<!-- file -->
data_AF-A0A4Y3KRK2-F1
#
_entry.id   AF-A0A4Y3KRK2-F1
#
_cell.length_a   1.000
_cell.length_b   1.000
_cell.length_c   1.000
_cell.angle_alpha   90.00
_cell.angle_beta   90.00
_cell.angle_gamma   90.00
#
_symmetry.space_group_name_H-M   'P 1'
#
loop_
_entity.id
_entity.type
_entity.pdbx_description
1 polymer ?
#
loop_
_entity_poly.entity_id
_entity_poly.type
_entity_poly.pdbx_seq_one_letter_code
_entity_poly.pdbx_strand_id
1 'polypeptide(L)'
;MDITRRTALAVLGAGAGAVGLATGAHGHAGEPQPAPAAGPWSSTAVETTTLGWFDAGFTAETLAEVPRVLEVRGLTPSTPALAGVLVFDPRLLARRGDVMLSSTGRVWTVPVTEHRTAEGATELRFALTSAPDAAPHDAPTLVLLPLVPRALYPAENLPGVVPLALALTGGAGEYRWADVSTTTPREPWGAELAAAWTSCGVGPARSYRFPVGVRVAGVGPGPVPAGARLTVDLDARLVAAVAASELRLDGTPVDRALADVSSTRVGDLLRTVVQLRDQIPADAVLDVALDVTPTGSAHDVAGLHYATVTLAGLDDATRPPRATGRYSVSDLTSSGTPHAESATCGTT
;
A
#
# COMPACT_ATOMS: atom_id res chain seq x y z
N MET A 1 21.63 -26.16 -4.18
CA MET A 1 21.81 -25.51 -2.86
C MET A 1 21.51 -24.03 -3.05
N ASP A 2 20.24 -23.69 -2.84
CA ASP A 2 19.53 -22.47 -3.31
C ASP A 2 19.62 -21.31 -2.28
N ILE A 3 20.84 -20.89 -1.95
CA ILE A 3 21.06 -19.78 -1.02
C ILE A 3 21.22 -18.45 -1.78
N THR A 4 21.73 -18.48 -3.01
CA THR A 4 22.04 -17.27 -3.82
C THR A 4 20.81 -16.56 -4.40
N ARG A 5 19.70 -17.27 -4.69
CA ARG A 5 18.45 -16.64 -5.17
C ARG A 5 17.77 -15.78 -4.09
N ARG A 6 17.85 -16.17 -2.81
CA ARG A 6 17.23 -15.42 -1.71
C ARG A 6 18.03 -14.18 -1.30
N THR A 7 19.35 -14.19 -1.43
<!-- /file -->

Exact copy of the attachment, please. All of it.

data_AF-A0A4Y3KRK2-F1
#
_entry.id   AF-A0A4Y3KRK2-F1
#
_cell.length_a   1.000
_cell.length_b   1.000
_cell.length_c   1.000
_cell.angle_alpha   90.00
_cell.angle_beta   90.00
_cell.angle_gamma   90.00
#
_symmetry.space_group_name_H-M   'P 1'
#
loop_
_entity.id
_entity.type
_entity.pdbx_description
1 polymer ?
#
loop_
_entity_poly.entity_id
_entity_poly.type
_entity_poly.pdbx_seq_one_letter_code
_entity_poly.pdbx_strand_id
1 'polypeptide(L)'
;MDITRRTALAVLGAGAGAVGLATGAHGHAGEPQPAPAAGPWSSTAVETTTLGWFDAGFTAETLAEVPRVLEVRGLTPSTPALAGVLVFDPRLLARRGDVMLSSTGRVWTVPVTEHRTAEGATELRFALTSAPDAAPHDAPTLVLLPLVPRALYPAENLPGVVPLALALTGGAGEYRWADVSTTTPREPWGAELAAAWTSCGVGPARSYRFPVGVRVAGVGPGPVPAGARLTVDLDARLVAAVAASELRLDGTPVDRALADVSSTRVGDLLRTVVQLRDQIPADAVLDVALDVTPTGSAHDVAGLHYATVTLAGLDDATRPPRATGRYSVSDLTSSGTPHAESATCGTT
;
A
#
# COMPACT_ATOMS: atom_id res chain seq x y z
N MET A 1 21.63 -26.16 -4.18
CA MET A 1 21.81 -25.51 -2.86
C MET A 1 21.51 -24.03 -3.05
N ASP A 2 20.24 -23.69 -2.84
CA ASP A 2 19.53 -22.47 -3.31
C ASP A 2 19.62 -21.31 -2.28
N ILE A 3 20.84 -20.89 -1.95
CA ILE A 3 21.06 -19.78 -1.02
C ILE A 3 21.22 -18.45 -1.78
N THR A 4 21.73 -18.48 -3.01
CA THR A 4 22.04 -17.27 -3.82
C THR A 4 20.81 -16.56 -4.40
N ARG A 5 19.70 -17.27 -4.69
CA ARG A 5 18.45 -16.64 -5.17
C ARG A 5 17.77 -15.78 -4.09
N ARG A 6 17.85 -16.17 -2.81
CA ARG A 6 17.23 -15.42 -1.71
C ARG A 6 18.03 -14.18 -1.30
N THR A 7 19.35 -14.19 -1.43